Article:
Toads start early wooing - but it could be the death of them

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YOU know what it is like. It feels like spring, the temperature is rising and you get that powerful urge for a jump. But if you are a toad, an early heatwave can turn that desire for a hop into a death mission, writes Steve Boggan.

The unseasonally warm weather is causing just such problems at Madingley Hall in Cambridgeshire, where temperatures averaging 10C higher than usual are driving thousands of toads to head early for their breeding ponds. Unfortunately, however, that involves crossing a busy road.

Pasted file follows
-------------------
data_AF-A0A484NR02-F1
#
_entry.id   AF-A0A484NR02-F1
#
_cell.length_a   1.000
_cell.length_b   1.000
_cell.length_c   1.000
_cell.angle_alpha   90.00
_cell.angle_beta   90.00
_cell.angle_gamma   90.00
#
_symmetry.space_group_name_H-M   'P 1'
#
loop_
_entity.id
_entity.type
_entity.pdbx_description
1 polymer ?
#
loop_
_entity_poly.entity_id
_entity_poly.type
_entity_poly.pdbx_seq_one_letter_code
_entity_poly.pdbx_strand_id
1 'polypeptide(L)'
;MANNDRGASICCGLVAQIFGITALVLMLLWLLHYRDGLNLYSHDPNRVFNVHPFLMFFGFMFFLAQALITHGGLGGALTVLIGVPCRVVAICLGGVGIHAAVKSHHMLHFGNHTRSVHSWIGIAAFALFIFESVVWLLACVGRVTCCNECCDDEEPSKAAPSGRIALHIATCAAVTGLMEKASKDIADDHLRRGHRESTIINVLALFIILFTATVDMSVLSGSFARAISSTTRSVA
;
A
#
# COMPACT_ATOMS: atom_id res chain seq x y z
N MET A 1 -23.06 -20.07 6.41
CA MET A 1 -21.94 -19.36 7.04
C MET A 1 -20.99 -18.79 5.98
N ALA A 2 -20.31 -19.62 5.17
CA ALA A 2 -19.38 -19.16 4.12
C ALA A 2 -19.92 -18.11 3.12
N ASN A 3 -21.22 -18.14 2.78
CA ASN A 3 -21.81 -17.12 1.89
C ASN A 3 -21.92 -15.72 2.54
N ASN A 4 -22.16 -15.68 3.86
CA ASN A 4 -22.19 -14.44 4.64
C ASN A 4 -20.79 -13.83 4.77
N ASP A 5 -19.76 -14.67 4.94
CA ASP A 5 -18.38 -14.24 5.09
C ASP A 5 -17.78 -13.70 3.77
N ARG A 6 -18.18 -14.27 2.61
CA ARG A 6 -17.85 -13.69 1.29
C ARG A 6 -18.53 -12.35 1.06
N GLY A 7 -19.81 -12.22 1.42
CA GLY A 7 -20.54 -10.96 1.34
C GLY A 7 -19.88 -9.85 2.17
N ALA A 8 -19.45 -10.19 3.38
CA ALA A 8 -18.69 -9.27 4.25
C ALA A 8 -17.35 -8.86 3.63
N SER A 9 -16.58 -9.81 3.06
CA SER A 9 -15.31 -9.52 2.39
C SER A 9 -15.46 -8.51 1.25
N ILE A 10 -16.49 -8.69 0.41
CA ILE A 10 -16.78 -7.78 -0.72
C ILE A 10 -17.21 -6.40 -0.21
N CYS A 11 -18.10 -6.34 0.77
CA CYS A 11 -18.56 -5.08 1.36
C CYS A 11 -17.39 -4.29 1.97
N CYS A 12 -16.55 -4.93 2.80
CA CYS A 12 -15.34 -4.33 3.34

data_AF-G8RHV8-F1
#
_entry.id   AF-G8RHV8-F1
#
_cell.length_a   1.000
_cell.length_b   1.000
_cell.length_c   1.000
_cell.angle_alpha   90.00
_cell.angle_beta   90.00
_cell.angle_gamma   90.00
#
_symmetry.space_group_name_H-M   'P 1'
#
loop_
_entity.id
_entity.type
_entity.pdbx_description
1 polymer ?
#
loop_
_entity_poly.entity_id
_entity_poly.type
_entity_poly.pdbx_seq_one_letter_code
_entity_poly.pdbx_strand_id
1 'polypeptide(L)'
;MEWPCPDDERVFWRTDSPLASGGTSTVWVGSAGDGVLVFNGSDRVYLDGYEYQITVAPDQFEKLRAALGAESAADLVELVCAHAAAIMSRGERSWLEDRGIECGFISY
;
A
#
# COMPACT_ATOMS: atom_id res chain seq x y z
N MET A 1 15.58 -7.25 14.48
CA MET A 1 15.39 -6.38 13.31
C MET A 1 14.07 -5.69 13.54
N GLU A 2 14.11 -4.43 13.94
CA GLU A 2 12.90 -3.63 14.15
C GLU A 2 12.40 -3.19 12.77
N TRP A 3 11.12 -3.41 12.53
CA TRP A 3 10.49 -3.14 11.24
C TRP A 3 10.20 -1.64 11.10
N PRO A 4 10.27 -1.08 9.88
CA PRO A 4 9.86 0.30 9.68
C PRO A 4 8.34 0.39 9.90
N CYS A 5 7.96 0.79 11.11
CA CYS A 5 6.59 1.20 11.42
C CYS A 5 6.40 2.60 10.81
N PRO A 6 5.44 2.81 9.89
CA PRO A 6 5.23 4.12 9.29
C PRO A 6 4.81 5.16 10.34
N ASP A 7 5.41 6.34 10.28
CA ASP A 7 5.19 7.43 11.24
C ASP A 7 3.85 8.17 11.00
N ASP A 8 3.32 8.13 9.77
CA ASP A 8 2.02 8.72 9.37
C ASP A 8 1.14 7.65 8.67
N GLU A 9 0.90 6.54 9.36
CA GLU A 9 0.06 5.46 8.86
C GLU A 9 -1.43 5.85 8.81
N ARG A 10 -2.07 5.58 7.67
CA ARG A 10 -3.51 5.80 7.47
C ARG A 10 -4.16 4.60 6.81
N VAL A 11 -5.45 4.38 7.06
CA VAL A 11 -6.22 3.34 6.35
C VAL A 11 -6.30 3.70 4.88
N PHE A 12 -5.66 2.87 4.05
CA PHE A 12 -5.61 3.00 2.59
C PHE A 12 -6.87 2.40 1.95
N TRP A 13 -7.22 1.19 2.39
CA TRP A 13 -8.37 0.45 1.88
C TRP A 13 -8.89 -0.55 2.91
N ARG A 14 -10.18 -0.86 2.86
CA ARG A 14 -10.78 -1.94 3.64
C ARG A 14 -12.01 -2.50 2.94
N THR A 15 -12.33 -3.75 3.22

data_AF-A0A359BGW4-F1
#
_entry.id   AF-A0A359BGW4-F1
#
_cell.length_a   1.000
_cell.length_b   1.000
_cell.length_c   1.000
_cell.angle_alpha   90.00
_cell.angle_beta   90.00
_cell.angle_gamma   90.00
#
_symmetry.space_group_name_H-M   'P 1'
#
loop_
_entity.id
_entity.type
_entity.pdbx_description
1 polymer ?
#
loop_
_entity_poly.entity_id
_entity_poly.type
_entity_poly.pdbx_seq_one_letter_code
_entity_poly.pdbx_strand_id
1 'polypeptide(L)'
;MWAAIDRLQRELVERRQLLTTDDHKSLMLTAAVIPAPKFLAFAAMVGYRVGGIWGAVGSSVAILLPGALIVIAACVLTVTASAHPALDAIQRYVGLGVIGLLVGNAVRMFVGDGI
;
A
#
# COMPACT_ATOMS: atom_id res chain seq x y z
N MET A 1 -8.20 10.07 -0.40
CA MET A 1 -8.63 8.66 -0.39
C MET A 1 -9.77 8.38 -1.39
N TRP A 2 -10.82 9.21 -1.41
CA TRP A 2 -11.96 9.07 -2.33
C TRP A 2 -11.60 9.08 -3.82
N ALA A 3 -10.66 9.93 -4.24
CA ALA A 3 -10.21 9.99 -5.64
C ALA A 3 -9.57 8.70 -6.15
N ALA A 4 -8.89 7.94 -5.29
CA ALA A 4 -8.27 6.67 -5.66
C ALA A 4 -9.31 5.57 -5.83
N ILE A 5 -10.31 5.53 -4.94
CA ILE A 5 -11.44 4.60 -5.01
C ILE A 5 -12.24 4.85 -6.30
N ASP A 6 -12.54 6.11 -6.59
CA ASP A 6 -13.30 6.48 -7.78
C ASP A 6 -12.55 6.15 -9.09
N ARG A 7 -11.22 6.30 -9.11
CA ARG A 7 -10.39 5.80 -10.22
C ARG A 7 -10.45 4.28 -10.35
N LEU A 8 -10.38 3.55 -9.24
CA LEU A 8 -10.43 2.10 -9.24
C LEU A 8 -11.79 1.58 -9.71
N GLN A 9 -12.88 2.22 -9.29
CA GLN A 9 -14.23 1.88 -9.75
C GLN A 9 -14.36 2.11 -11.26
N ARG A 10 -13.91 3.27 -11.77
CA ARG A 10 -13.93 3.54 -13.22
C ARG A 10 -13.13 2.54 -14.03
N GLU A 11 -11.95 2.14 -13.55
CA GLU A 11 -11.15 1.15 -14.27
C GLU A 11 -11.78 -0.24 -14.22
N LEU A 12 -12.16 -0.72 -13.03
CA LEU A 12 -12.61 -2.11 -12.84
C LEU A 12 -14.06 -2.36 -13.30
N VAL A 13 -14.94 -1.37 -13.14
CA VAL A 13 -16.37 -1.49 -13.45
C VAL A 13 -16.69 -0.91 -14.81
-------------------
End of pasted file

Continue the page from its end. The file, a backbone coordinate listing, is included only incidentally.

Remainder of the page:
The mating season is always a problem at Madingley but this year it has come early. Volunteers report sightings of up to 600 toads a night crossing the road on their way to ponds built by the landscape architect Capability Brown. Fortunately, a "toad patrol", established in 1988, has built tunnels under the road between the toads' feeding and mating areas and volunteers are scooping up any that risk dodging cars.

The fine weather is caused by a high-pressure system which is drawing hot air from north Africa. A spokesman for the London Weather Centre said yesterday that temperatures in Cardiff and Aberdeen reached 16C, compared with a seasonal average of 7C. But it is not good news for everyone. The warm conditions have caused heavy rainfall in northern and western Scotland. Fort William reported 5in of rain in just 24 hours. Perhaps the toads would prefer it there.